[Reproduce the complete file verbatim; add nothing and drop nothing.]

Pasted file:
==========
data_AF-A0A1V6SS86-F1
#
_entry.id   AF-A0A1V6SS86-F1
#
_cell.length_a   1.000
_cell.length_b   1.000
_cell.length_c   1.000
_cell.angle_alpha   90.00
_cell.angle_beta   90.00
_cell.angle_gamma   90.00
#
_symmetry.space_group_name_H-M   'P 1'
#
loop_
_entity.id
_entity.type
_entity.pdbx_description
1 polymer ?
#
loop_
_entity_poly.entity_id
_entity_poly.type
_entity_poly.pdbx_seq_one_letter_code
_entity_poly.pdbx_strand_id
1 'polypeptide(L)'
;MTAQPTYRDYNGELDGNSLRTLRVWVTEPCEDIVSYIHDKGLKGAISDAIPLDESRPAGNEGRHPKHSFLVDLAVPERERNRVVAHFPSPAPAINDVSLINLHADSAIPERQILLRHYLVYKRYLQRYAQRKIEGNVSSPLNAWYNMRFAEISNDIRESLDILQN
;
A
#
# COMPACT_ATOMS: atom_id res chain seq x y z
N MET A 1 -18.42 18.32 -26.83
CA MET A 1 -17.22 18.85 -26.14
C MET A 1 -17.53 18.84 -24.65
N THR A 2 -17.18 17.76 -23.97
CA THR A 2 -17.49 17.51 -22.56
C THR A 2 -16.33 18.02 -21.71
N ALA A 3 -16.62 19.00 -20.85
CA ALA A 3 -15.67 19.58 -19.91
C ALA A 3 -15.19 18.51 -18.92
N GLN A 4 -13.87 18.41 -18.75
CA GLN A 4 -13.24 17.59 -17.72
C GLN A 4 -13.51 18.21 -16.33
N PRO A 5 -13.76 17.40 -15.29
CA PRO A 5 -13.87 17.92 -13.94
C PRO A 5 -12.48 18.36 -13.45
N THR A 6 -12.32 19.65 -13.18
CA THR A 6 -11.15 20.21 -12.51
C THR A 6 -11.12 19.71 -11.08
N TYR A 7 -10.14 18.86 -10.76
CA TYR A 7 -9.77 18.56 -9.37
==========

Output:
data_AF-A0A1V6SS86-F1
#
_entry.id   AF-A0A1V6SS86-F1
#
_cell.length_a   1.000
_cell.length_b   1.000
_cell.length_c   1.000
_cell.angle_alpha   90.00
_cell.angle_beta   90.00
_cell.angle_gamma   90.00
#
_symmetry.space_group_name_H-M   'P 1'
#
loop_
_entity.id
_entity.type
_entity.pdbx_description
1 polymer ?
#
loop_
_entity_poly.entity_id
_entity_poly.type
_entity_poly.pdbx_seq_one_letter_code
_entity_poly.pdbx_strand_id
1 'polypeptide(L)'
;MTAQPTYRDYNGELDGNSLRTLRVWVTEPCEDIVSYIHDKGLKGAISDAIPLDESRPAGNEGRHPKHSFLVDLAVPERERNRVVAHFPSPAPAINDVSLINLHADSAIPERQILLRHYLVYKRYLQRYAQRKIEGNVSSPLNAWYNMRFAEISNDIRESLDILQN
;
A
#
# COMPACT_ATOMS: atom_id res chain seq x y z
N MET A 1 -18.42 18.32 -26.83
CA MET A 1 -17.22 18.85 -26.14
C MET A 1 -17.53 18.84 -24.65
N THR A 2 -17.18 17.76 -23.97
CA THR A 2 -17.49 17.51 -22.56
C THR A 2 -16.33 18.02 -21.71
N ALA A 3 -16.62 19.00 -20.85
CA ALA A 3 -15.67 19.58 -19.91
C ALA A 3 -15.19 18.51 -18.92
N GLN A 4 -13.87 18.41 -18.75
CA GLN A 4 -13.24 17.59 -17.72
C GLN A 4 -13.51 18.21 -16.33
N PRO A 5 -13.76 17.40 -15.29
CA PRO A 5 -13.87 17.92 -13.94
C PRO A 5 -12.48 18.36 -13.45
N THR A 6 -12.32 19.65 -13.18
CA THR A 6 -11.15 20.21 -12.51
C THR A 6 -11.12 19.71 -11.08
N TYR A 7 -10.14 18.86 -10.76
CA TYR A 7 -9.77 18.56 -9.37